If you qualify for the Bank of America overdraft lawsuit settlement, you may have already received a postcard in the mail from the bank. Here is information on the overdraft lawsuit, only one of many class action lawsuits against Bank of America. If you recently received a check from Bank of America for about $98, you have received a benefit from an earlier class action lawsuit pertaining to the bank’s debit cards. This article pertains to a later lawsuit regarding overdraft fees.
November 21, 2012 update: Former Bank of America customers are reporting receiving postcard checks. All checks will be sent by November 30, 2012, so some former customers may receive theirs in December. Current customers are receiving their refunds as account credits, as described below.
November 2, 2012 update: The appeals filed after the judgment of settlement was announced have now been resolved. Bank of America customers who were part of the settlement class — those who initially received a postcard informing these customers of their involvement — should receive an account credit or a check to their last known address by November 30, 2012. The amount each customer might receive depends on how many overdraft fees were charted during the period outlined in the class-action lawsuit, but as expected each customer will receive only a fraction of what Bank of America charged in these fees.
Some customers have already reported receiving credits in their Bank of America accounts.
Here’s how the amount is calculated, somewhat simplified. Bank of America re-ordered the debits that caused overdraft fees during a certain time period beginning in 2001 and determined each customer’s amount of over-charged overdraft fees. That amount was reduced by any uncollected amount (if an account was closed with a negative balance). If one customer had $100 in adjusted overcharged fees and Bank of America was determined to have $10,000,000 in overcharged fees total, that customer’s share is 0.001%.
If the total settlement available for class members (total settlement minus lawyers’ fees, expenses, etc.) was $1,000,000, the customer would receive 0.001% of that, or $10.
September 2012 update: It’s been nine months since an appeal to the judge’s decision has been filed, and there is still no resolution. The $410 million awarded to the settlement class is still in dispute.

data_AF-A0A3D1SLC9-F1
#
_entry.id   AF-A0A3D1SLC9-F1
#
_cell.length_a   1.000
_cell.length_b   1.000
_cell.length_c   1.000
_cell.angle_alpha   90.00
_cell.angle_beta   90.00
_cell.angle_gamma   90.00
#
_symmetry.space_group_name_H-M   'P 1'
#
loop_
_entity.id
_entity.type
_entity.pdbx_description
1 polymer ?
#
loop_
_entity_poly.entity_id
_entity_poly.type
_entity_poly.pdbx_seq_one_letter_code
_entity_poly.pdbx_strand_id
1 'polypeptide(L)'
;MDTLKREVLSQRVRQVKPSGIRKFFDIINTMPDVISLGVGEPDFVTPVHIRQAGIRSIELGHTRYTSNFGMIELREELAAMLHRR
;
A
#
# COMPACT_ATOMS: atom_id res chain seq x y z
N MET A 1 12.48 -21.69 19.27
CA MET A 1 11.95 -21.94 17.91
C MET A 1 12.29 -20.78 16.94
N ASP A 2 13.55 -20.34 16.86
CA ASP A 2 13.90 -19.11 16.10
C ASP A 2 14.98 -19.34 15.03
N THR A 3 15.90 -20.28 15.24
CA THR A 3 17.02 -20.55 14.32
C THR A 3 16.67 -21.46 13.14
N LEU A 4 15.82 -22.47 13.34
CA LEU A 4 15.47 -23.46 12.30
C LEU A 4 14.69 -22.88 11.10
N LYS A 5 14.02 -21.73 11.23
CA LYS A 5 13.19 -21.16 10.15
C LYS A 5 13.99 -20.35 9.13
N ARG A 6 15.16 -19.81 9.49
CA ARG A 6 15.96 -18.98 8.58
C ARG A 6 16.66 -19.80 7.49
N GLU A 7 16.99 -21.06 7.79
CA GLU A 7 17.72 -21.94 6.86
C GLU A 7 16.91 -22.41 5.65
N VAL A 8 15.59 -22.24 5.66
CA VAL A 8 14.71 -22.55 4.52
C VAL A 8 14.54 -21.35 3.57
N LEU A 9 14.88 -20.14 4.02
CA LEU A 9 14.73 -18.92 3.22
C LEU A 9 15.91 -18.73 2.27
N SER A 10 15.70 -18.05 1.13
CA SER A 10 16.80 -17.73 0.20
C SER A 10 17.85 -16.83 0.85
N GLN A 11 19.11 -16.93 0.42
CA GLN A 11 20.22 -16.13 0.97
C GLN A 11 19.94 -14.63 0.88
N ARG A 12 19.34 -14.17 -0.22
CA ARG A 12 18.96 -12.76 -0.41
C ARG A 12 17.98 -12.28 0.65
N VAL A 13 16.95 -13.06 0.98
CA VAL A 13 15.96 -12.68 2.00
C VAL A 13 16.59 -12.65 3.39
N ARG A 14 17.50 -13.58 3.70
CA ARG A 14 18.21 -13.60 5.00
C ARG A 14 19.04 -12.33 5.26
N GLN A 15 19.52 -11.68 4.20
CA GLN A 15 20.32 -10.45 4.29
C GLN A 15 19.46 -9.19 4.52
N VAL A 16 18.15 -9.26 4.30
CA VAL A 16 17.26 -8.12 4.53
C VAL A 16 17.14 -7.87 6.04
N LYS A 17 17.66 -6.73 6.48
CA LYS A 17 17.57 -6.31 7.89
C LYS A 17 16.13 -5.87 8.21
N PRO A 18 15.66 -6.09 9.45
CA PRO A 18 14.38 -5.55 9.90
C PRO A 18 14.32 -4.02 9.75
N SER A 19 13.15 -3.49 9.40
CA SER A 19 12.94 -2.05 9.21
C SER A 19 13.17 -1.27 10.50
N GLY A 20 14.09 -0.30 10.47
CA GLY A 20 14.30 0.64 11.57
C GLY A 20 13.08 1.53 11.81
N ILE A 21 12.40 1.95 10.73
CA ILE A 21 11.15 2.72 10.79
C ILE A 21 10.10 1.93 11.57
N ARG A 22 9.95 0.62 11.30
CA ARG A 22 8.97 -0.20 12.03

December 2011 update: While the judge has approved Bank of America’s settlement related to the overdraft class action lawsuit and has ordered Bank of America to pay $410 million, a member of the settlement class who objected to the settlement has filed a notice to appeal the ruling. With an appeal filed, it could take at least a year for the issue to be resolved. If the appeal is denied, customers may still be disappointed. With 13.2 million affected customers in the class and fees to be paid from the settlement fund to the lawyers and class representatives, the benefits each customer will receive are sure to be less than the value of a refund of even one overdraft fee.
Any compensation to affected customers is on hold until the judge enters the settlement and any appeals are filed.
Like many banking institutions, Bank of America processes debit transactions not at the time they occur, but in a batch, from largest to smallest. If they don’t still take this approach currently, they did in 2009 when a class-action lawsuit combined several other legal actions. 24 other banks in the United States and Canada were named in the class-action lawsuit, including Citigroup, Chase, and Wells Fargo.
The banks say that by ordering debits from largest to smallest benefits customers. For example, mortgage or rent payments are generally the largest debits, so they should receive priority and should be the first to be paid. This is not how it works in practice, however. The system is designed to make more money in fees, particularly from the paycheck-to-paycheck class of customers.
For example, five debits may be scheduled to post on a Monday:
- $800 mortgage payment (check)
- $200 purchase at the grocery store (debit card)
- $100 withdrawal at a different bank’s ATM
- $25 purchase at the book store
- $4 coffee
That’s the order the funds will be taken from this person’s account. If there is $900 in the bank account, the mortgage payment will be processed, but the four other transactions will generate overdraft fees, one for each, likely totaling more than $100. If the debits were processed from smallest to largest, only the mortgage payment would cause a problem, and the check will bounce. This could cost the account owner less money, but a bounced mortgage payment could be troublesome.
In the more likely event that there is only $500 in this checking account, ordering debits from largest to smallest ensures nothing will go through without generating a fee. However, ordering the debits from smallest to largest, only the mortgage payment would bounce, and there would be no overdraft.
Bank of America will be paying $410 million to settle the class-action lawsuit, which also notes that the banks did not tell customers they could waive overdraft protection, allowing certain transactions to fail rather than paying a fee. Not every bank handles activity posting the same way.
The deadline to opt out of or object to the settlement was October 3. The official website for the settlement is bofaoverdraftsettlement.com.
Updated November 21, 2012 and originally published July 12, 2011. If you enjoyed this article, subscribe to the RSS feed or receive daily emails. Follow @ConsumerismComm on Twitter and visit our Facebook page for more updates.